About Face: How First Impressions Fool Us

Our faces broadcast information about us: whether we’re smart, warm, trustworthy. How do these signals influence decision-making – and are they accurate? Psychologist Alexander Todorov discusses the science behind face value.

You've learned the bias...
now outsmart your mind.

References

Berry, D. S., & Zebrowitz-McArthur, L. (1988). What’s in a face? Facial maturity and the attribution of legal responsibility. Personality and Social Psychology Bulletin, 14(1), 23-33.

Maoz, I. (2012). The face of the enemy: The effect of press-reported visual information regarding the facial features of opponent politicians on support for peace. Political Communication, 29(3), 243-256.

Todorov, A., Mandisodza, A. N., Goren, A., & Hall, C. C. (2005). Inferences of competence from faces predict election outcomes. Science, 308(5728), 1623-1626.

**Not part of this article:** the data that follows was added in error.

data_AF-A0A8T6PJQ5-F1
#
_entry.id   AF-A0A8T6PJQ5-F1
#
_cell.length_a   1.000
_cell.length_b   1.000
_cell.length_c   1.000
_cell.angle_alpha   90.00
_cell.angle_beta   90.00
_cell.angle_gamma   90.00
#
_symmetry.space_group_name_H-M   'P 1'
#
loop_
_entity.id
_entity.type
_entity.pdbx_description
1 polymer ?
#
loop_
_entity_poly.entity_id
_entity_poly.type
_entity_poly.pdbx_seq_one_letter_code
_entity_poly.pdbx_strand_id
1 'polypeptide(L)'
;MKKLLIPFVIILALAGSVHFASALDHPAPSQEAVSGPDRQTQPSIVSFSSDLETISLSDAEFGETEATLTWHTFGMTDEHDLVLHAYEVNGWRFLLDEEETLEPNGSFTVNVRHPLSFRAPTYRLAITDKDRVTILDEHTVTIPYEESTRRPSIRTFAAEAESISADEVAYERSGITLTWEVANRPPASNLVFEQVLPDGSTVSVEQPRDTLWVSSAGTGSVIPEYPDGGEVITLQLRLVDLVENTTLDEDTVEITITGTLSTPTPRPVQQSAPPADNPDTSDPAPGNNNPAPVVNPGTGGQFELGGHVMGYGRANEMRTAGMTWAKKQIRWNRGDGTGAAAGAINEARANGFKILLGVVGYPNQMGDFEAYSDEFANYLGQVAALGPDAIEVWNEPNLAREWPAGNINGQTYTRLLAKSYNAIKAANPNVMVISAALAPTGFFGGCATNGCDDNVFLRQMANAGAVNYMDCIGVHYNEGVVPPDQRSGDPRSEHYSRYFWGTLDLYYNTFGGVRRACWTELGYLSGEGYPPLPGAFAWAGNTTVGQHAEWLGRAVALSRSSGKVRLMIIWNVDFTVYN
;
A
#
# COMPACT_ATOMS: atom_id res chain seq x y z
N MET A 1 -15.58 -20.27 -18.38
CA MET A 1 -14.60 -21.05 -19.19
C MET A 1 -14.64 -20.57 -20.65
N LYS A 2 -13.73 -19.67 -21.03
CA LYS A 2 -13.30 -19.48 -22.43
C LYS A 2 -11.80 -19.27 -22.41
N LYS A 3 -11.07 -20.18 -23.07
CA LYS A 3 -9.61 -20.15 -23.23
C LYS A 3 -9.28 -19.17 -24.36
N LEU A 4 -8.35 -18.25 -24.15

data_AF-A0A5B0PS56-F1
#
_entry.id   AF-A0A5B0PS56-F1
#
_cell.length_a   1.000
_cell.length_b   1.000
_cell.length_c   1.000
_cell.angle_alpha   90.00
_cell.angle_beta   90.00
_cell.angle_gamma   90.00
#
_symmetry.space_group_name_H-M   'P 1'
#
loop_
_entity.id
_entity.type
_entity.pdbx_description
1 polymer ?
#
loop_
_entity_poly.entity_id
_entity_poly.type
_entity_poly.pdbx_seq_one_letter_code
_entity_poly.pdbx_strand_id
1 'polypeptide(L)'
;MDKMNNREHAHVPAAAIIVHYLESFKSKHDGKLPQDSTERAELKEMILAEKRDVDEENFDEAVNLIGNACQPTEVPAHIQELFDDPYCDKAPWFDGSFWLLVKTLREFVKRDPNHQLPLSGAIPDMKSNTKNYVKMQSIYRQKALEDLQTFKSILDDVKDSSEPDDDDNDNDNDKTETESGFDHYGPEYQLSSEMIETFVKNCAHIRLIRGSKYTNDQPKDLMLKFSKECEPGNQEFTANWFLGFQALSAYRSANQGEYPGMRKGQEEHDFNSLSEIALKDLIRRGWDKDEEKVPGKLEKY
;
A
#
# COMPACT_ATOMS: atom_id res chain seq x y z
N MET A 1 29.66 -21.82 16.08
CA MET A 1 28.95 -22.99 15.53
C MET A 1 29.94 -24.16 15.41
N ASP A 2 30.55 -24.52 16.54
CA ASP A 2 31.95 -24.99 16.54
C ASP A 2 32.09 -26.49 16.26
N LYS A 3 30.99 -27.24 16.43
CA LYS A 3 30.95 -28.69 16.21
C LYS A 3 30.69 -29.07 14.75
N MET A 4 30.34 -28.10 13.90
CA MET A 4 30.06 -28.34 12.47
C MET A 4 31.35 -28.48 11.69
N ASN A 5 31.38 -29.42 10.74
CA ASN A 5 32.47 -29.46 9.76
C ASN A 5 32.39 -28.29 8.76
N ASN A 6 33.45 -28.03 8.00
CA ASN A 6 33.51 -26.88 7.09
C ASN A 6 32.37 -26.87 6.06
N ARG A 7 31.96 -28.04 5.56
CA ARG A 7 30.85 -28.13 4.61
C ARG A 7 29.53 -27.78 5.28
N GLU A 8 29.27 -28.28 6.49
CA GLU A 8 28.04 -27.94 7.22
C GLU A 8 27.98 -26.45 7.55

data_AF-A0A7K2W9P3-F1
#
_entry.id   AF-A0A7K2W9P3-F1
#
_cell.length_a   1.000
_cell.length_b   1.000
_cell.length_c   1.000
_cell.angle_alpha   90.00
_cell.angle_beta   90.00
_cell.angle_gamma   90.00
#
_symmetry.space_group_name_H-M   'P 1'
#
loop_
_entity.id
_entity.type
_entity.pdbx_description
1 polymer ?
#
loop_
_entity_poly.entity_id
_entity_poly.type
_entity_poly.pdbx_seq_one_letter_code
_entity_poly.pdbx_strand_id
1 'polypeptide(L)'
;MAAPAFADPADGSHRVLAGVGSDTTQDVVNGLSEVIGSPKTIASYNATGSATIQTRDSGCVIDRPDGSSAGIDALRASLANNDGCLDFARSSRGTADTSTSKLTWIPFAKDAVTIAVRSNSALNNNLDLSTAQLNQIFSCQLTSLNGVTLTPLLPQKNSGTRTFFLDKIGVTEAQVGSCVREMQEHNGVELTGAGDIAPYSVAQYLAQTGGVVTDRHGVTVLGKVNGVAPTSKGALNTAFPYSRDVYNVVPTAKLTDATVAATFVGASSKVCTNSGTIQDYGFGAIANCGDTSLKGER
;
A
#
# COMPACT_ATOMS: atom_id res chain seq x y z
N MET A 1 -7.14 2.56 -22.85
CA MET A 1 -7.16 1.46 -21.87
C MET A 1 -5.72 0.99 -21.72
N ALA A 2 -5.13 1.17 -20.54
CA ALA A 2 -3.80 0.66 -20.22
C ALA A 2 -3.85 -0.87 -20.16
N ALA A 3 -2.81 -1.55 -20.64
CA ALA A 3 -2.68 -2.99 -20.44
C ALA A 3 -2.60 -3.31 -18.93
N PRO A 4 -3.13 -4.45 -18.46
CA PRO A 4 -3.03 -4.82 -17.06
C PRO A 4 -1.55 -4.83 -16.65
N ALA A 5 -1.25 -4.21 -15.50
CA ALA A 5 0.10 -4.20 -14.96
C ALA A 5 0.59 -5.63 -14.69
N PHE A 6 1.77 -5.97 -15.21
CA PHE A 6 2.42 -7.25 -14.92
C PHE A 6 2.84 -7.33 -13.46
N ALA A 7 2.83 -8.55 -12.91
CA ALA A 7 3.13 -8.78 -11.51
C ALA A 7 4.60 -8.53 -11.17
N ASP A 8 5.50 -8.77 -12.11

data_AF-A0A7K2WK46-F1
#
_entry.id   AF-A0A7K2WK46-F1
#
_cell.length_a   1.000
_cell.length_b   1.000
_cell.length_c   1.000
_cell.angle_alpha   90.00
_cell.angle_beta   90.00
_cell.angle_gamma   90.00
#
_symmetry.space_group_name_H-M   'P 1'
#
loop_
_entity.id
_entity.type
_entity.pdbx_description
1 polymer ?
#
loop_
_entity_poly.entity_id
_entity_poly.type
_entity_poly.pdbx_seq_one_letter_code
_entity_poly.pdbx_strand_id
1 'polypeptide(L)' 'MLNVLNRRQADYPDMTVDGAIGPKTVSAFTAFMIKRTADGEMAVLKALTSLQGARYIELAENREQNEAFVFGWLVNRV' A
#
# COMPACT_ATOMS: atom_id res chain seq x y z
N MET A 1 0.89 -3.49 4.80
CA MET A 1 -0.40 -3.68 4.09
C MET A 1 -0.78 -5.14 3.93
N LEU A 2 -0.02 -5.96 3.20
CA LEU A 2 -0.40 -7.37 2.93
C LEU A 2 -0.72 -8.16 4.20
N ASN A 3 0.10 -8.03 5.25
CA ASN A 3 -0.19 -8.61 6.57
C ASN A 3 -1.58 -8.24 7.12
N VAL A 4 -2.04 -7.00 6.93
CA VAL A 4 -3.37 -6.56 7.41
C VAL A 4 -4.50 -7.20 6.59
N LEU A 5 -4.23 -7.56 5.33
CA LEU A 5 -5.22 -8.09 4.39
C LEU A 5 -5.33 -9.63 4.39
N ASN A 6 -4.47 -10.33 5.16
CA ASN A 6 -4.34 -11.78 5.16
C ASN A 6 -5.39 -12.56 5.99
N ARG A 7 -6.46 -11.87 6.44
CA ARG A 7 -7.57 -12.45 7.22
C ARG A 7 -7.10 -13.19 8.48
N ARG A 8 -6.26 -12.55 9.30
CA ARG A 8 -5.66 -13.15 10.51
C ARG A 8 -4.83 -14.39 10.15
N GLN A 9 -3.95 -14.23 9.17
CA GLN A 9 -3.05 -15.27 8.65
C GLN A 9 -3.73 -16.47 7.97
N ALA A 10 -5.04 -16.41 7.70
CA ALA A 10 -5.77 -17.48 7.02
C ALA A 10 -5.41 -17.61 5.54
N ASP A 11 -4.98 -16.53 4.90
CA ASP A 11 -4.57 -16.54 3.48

Todorov, A., Pakrashi, M., & Oosterhof, N.N. (2009). Evaluating faces on trustworthiness after minimal time exposure. Social Cognition, 27(6), 813-833.

Credits

About Face was created and developed by Mahzarin Banaji and Olivia Kang with funding from PwC and Harvard University.

Narration by Olivia Kang, featuring Professor Alexander Todorov (Princeton University)

Camera & Editing by Evan Younger

Face images and demonstrations courtesy of Alexander Todorov, Social Perception Lab, Princeton University

Music by Olive Musique, Brightside Studio, & Alex Messier via Premium Beat

Stock footage via iStock.com

Artwork by Olivia Kang

Research Assistant: Timothy Carroll

© 2017 President and Fellows of Harvard College